Legislation that would create a new retirement program for government workers hired after 1983 will be introduced shortly by Sen. Ted Stevens (R-Alaska).
Stevens last year proposed a new retirement plan that would cover the same group and also be open to other federal and postal employes who elected to join it. The proposal featured tax-sheltered income deferral options.
But Stevens withdrew that proposal earlier this year, citing either opposition or indifference from federal and postal workers unions. The Office of Personnel Management has tentatively proposed a new retirement system that would have allowed employes to invest up to $10,000 in "super" individual retirement accounts. But unions feel that the plan would primarily benefit high-income workers who could afford to take advantage of thrift plan savings features.
Congress needs to do something -- this year -- about the retirement status of more than 300,000 employes who have been hired since January 1984. Because they, unlike other civil servants, are under Social Security, the so-called "new" employes pay full Social Security taxes on their income and put only a token amount of their salaries into the federal retirement fund.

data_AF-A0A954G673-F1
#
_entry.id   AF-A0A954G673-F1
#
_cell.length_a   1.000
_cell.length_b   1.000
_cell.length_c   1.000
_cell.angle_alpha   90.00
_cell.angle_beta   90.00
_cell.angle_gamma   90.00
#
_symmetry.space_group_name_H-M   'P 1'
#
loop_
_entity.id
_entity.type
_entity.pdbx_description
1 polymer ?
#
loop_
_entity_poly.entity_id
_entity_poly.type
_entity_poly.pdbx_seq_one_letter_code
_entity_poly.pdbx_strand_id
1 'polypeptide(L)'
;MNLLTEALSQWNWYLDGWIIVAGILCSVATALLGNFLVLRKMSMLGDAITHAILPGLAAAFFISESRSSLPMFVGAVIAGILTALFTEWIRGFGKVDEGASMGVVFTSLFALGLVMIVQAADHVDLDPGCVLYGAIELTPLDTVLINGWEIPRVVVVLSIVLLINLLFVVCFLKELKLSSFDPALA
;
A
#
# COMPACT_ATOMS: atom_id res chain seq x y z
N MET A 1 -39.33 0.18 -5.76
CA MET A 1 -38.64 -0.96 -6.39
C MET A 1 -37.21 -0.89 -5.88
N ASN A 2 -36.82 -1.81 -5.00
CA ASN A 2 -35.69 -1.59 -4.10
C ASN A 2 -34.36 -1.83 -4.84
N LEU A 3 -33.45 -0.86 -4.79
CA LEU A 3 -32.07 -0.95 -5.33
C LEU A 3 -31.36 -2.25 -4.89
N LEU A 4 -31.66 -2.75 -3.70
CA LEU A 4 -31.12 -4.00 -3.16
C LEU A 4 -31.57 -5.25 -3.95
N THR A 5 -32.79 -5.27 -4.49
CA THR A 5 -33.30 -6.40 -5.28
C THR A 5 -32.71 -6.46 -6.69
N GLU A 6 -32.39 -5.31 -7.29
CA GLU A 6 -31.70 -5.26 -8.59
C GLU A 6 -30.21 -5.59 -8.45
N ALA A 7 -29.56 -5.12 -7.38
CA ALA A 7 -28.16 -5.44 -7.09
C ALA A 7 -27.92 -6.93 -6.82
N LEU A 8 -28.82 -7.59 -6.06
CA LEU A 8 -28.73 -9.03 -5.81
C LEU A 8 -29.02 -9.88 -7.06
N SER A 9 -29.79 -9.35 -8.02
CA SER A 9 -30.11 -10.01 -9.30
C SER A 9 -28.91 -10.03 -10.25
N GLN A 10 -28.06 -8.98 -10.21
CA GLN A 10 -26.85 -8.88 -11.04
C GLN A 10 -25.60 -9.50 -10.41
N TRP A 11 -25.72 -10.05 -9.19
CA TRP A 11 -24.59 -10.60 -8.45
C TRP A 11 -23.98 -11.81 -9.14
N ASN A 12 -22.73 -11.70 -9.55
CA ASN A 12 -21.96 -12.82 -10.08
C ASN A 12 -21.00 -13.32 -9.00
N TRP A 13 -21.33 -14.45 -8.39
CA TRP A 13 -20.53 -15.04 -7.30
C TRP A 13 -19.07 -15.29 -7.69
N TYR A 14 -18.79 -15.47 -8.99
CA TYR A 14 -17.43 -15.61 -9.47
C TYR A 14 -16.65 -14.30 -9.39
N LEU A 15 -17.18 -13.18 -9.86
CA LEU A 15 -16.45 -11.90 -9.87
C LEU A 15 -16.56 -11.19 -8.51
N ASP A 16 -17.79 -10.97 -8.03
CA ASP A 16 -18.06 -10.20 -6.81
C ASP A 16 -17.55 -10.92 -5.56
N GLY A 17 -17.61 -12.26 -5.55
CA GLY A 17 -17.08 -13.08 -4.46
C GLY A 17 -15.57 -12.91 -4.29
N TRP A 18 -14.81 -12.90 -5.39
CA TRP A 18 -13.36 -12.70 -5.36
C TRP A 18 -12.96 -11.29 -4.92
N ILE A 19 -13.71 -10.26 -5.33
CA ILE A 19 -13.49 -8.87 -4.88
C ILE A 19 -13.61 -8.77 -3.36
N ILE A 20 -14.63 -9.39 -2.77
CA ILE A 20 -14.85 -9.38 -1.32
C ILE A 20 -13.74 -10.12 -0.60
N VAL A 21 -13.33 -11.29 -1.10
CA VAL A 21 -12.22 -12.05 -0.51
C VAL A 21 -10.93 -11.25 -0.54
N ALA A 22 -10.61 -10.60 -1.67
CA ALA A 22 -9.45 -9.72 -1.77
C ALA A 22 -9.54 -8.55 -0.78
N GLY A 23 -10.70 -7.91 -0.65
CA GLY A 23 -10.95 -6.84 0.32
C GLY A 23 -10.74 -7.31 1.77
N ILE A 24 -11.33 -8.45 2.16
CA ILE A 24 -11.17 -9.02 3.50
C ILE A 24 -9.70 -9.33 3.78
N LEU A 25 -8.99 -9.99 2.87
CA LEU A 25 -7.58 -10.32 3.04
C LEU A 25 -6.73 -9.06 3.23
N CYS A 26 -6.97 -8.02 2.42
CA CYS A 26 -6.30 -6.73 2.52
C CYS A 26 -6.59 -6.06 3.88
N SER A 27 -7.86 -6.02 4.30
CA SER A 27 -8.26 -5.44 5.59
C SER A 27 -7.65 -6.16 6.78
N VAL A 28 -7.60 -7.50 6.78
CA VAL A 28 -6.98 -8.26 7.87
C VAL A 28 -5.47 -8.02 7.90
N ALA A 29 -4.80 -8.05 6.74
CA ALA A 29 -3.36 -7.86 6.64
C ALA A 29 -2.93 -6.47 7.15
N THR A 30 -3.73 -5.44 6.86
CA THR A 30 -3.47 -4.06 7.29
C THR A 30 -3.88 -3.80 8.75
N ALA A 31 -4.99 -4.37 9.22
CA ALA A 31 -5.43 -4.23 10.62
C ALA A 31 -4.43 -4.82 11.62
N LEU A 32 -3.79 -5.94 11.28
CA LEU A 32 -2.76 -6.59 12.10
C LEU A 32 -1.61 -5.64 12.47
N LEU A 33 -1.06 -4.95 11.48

Persons hired for the federal work force before January 1984 contribute 7 percent of their salary to the civil service pension program and pay only for their Medicare coverage. They are not under the Social Security program.
When Congress put new federal workers under Social Security it anticipated that a new program for them -- combining Social Security and civil service benefits -- would be in place by the start of next year. Unless a new program is set up, those employes will be required to start making the full contribution to the civil service retirement plan next year, plus pay the full Social Security tax. That would mean a bite of more than 14 percent from their salaries.
Details of Stevens' new plan are being kept secret. But it will contain several levels of tax-deferred options and will be open to longtime civil servants who chose to buy into it.